TEXAS — Fewer than 40% of Texans believe state policymakers are constructing laws related to COVID-19 based on science, according to an exclusive Spectrum News/Ipsos Poll released this week.
The poll gathered data on this and other current news topics from more than 1,300 Texans, including more than 400 parents of school-aged children.
One of the major themes of the data was how wide the gap was between the way Texans feel about issues related to COVID-19 and the actions lawmakers have taken. For example, when asked about COVID-19 vaccine mandates, 68% of adult Texans support a requirement for teachers and school administrators.
“I think the biggest point of intersection is how we are able to get students back in the classrooms safely and how the state can continue to reopen with common-sense measures in place,” said Mallory Newall, vice president of U.S. public affairs for Ipsos. “What this data tells me is that, right now, Texans are not aligned with the governor. When it comes to the usage of masks in public, Texans are much more pro-mask requirements than the governor is. Talking about schools specifically, there is broad support for requiring vaccines for teachers and eligible students alike.”
Last month, Abbott issued an executive order banning government agencies from requiring individuals to get vaccinated or provide proof of vaccination. Public and private entities receiving state funding are prohibited from denying entry to individuals based on their vaccination status, but all nursing homes and living facilities can still require inoculations for their residents.
“The new executive order emphasizes that the path forward relies on personal responsibility rather than government mandates,” Abbott said in a statement. Abbott’s order reiterates and extends previous orders he’s issued penalizing local officials and others for enforcing various COVID-19 safety protocols.
Abbott incorporated an executive order he first implemented on May 18, which forbade local governments and school districts from issuing mask mandates. Abbott’s updated order adds that state hospitals, living centers and jails can “continue to use appropriate policies regarding the wearing of face coverings.”
The order emphasizes the removal of all public health limits on Texas businesses as well, encouraging the use of masks in areas with elevated coronavirus transmission rates.
“Texans have mastered the safe practices that help to prevent and avoid the spread of COVID-19,” Abbott’s statement said. “They have the individual right and responsibility to decide for themselves and their children whether they will wear masks, open their businesses and engage in leisure activities.”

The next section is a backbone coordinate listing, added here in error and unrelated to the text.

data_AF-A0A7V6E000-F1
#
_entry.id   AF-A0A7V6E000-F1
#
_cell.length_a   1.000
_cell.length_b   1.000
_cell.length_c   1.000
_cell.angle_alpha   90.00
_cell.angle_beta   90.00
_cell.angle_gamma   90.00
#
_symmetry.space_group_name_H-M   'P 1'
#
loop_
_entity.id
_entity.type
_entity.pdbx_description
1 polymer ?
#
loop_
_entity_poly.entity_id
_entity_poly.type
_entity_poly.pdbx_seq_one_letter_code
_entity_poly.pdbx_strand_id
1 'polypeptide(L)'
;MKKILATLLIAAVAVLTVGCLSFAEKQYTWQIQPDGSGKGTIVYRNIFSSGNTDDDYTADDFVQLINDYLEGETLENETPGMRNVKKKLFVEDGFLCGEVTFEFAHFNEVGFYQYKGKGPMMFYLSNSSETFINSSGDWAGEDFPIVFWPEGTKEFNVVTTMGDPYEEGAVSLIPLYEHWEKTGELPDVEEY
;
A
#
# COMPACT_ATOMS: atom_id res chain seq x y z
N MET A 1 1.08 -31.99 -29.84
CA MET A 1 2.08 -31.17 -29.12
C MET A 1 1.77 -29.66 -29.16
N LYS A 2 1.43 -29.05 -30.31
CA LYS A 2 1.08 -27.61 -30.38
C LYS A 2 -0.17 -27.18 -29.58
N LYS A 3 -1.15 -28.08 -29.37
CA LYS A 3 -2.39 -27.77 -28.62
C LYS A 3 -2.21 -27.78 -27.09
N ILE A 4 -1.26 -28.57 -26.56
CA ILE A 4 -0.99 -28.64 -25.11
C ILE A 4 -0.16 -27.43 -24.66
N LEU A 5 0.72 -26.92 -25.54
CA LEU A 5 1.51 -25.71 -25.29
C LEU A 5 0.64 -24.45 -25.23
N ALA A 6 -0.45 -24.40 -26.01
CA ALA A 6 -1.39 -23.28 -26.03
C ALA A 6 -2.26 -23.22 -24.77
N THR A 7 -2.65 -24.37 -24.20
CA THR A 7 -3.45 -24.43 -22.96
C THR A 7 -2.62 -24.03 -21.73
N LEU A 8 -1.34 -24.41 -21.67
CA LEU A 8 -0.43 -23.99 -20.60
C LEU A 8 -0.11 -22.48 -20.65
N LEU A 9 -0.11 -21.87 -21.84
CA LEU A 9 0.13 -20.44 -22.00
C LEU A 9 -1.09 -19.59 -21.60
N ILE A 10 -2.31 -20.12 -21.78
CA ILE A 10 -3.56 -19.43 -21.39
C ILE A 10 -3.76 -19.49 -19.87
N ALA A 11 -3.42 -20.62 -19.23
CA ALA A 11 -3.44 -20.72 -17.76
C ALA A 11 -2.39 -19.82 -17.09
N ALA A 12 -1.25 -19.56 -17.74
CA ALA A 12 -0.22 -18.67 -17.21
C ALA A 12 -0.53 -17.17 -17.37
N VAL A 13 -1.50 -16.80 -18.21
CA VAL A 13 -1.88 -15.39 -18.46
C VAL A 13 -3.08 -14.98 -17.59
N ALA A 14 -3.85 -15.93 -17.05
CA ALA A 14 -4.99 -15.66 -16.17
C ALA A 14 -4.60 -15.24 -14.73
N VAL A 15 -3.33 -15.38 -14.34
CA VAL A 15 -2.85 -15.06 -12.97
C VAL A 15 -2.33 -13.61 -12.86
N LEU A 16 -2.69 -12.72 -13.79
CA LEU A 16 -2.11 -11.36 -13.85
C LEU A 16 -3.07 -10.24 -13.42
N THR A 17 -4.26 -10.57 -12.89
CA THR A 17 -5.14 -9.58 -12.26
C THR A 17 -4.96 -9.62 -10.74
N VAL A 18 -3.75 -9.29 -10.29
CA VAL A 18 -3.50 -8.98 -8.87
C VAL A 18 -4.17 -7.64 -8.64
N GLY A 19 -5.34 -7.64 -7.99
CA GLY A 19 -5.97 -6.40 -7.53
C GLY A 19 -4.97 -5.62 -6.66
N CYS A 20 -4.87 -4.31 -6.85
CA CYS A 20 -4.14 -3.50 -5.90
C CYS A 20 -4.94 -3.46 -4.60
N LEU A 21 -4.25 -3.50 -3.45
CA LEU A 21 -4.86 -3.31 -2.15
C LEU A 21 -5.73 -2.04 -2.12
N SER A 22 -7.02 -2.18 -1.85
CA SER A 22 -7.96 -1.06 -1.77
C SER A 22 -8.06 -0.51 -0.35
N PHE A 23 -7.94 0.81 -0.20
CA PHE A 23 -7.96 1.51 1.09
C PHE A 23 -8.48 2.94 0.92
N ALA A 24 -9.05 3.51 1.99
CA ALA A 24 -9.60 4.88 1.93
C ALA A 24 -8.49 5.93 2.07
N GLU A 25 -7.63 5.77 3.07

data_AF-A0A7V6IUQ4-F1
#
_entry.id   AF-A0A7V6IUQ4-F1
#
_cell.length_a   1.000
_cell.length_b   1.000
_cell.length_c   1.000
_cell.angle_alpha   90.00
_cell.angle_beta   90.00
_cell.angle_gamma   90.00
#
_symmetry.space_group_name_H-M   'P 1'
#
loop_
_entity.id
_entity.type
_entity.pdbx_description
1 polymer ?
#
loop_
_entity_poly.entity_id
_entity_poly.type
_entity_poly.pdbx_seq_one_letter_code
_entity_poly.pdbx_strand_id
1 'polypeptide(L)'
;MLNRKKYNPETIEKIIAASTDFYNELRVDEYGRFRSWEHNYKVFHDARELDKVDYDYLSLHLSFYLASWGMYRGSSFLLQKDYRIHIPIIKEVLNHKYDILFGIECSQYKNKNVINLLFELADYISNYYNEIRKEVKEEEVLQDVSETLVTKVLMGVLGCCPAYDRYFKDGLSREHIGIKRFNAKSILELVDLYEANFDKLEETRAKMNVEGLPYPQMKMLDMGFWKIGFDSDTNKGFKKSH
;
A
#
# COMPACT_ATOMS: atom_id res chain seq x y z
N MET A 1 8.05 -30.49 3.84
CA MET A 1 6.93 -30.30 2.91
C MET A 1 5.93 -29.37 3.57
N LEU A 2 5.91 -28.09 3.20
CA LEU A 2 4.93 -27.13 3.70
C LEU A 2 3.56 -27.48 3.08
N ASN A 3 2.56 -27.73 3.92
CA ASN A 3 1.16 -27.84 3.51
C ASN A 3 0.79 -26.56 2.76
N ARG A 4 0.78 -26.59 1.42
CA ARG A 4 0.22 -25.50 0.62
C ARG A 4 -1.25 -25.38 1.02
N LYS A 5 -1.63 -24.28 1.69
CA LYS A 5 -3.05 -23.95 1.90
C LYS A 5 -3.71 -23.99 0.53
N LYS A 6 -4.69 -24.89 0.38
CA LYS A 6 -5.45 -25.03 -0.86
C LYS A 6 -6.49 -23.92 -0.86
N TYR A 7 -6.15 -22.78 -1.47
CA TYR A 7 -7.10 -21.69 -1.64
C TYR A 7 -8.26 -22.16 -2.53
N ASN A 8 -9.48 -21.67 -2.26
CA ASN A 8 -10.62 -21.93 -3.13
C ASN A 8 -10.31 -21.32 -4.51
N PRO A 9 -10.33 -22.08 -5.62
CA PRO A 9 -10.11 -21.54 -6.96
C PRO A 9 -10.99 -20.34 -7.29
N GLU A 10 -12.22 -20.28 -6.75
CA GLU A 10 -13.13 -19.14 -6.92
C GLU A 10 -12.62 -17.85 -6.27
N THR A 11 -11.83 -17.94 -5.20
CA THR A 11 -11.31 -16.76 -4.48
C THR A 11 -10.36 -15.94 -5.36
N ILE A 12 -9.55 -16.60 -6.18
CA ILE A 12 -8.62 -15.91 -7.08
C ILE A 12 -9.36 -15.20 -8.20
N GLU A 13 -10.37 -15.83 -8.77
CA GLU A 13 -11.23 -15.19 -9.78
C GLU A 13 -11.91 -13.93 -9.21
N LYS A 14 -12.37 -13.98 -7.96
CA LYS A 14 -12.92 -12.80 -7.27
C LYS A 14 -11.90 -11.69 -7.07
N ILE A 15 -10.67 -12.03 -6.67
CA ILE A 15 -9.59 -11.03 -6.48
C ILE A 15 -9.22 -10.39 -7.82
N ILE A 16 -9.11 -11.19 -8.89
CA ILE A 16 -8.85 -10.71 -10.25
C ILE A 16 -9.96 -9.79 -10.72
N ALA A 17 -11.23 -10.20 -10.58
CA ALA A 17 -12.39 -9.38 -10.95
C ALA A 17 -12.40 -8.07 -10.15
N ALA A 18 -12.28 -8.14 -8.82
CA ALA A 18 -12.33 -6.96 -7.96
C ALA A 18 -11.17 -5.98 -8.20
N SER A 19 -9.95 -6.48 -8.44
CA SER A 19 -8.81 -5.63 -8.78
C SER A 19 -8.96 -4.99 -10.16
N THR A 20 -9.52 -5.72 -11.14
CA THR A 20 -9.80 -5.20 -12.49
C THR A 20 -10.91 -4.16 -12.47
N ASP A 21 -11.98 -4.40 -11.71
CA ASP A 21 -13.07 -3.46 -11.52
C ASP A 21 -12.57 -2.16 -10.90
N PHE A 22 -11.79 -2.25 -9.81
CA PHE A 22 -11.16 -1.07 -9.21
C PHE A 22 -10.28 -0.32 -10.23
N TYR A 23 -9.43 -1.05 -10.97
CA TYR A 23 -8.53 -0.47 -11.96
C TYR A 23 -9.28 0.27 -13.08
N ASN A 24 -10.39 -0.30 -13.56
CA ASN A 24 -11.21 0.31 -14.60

The most recent COVID-19 numbers don’t support that statement, as cases continue to surge in Texas and around the country. In many Texas cities, hospitalization numbers are back to pre-vaccine levels.
As Texans are left to fend for themselves against COVID, Abbott’s popularity has taken a hit. The Spectrum News/Ipsos Poll found that only 46% of Texans approve of the job he’s doing overall, compared to just over half last year. Most (53%) disapprove.
Overwhelmingly, the pandemic is the issue most Texans are focused on, the poll found, and it’s also the issue Abbott is doing worst on. Now, just 43% approve of the job he’s doing on COVID-19, compared to 49-58% for other issues in the survey. Last year, his approval rating on the coronavirus was more evenly split (48% approved, 43% disapproved in 2020).
The only person Texans trust less than Abbott on COVID is former president Donald Trump. Exactly half, on the other hand, trust President Joe Biden to provide them accurate information on COVID-19.
One demographic that appears to struggle with Abbott’s decisions related to COVID is parents, who are left to grapple with the prospect of sending their children back to schools that offer little state-mandated protection against the deadly virus.
The Spectrum News/Ipsos Poll found 72% of parents support mask requirements in K-12 schools. The data showed significant differences of opinion by race, ethnicity and political party. However, even half or more Republicans support mask requirements in offices, grocery and retail stores, transit hubs and sports stadiums.
When it comes to certain proposals around COVID-19 and back to school, the public is once again misaligned with the governor. For example, just 17% of all Texans, and 22% of parents with a school-aged child, support the following proposal: “Students who test positive for COVID-19 should not have to quarantine.” On the other hand, nine in 10 believe schools should be required to notify parents if a child or teacher tests positive — regardless of whether it’s in their classroom (92% support) or in the school as a whole (89% support).
There is broad support for requiring vaccines for teachers and students alike. Support for these proposals is significantly different by political party. Though there is low support among Republicans, significant majorities of Democrats and independents favor these policies, leading to overall high levels of support.
“When you compare COVID-19 to other issues, we are certainly seeing a little bit of a perception gap,” Newall said. “We asked all respondents in our poll if they approve or disapprove of the way that the governor is handling a certain amount of issues. And COVID-19 is actually at the bottom of the list. Just slightly more than two out of five Texans approve of the way that the governor is handling COVID, and that falls behind all other issues.”